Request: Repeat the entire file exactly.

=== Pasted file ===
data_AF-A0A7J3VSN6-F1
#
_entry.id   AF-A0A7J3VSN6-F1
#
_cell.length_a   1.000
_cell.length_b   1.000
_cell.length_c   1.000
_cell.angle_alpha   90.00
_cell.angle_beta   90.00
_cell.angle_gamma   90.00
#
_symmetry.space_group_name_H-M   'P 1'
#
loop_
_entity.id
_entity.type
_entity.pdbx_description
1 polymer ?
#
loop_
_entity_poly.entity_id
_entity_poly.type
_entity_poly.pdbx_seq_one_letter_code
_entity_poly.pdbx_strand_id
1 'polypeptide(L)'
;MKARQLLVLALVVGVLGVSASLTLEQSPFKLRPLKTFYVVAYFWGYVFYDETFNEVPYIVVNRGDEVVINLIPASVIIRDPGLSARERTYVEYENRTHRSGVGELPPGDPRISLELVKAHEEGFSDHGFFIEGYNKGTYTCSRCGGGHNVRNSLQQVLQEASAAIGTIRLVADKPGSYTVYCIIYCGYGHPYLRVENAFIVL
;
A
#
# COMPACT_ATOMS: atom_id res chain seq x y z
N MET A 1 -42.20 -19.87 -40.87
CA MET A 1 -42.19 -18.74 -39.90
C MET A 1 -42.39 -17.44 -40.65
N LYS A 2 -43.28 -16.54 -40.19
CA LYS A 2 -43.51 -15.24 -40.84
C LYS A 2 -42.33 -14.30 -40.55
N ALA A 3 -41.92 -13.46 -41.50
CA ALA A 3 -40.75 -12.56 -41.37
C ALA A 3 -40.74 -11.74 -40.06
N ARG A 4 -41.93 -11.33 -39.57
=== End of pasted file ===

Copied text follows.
data_AF-A0A7J3VSN6-F1
#
_entry.id   AF-A0A7J3VSN6-F1
#
_cell.length_a   1.000
_cell.length_b   1.000
_cell.length_c   1.000
_cell.angle_alpha   90.00
_cell.angle_beta   90.00
_cell.angle_gamma   90.00
#
_symmetry.space_group_name_H-M   'P 1'
#
loop_
_entity.id
_entity.type
_entity.pdbx_description
1 polymer ?
#
loop_
_entity_poly.entity_id
_entity_poly.type
_entity_poly.pdbx_seq_one_letter_code
_entity_poly.pdbx_strand_id
1 'polypeptide(L)'
;MKARQLLVLALVVGVLGVSASLTLEQSPFKLRPLKTFYVVAYFWGYVFYDETFNEVPYIVVNRGDEVVINLIPASVIIRDPGLSARERTYVEYENRTHRSGVGELPPGDPRISLELVKAHEEGFSDHGFFIEGYNKGTYTCSRCGGGHNVRNSLQQVLQEASAAIGTIRLVADKPGSYTVYCIIYCGYGHPYLRVENAFIVL
;
A
#
# COMPACT_ATOMS: atom_id res chain seq x y z
N MET A 1 -42.20 -19.87 -40.87
CA MET A 1 -42.19 -18.74 -39.90
C MET A 1 -42.39 -17.44 -40.65
N LYS A 2 -43.28 -16.54 -40.19
CA LYS A 2 -43.51 -15.24 -40.84
C LYS A 2 -42.33 -14.30 -40.55
N ALA A 3 -41.92 -13.46 -41.50
CA ALA A 3 -40.75 -12.56 -41.37
C ALA A 3 -40.74 -11.74 -40.06
N ARG A 4 -41.93 -11.33 -39.57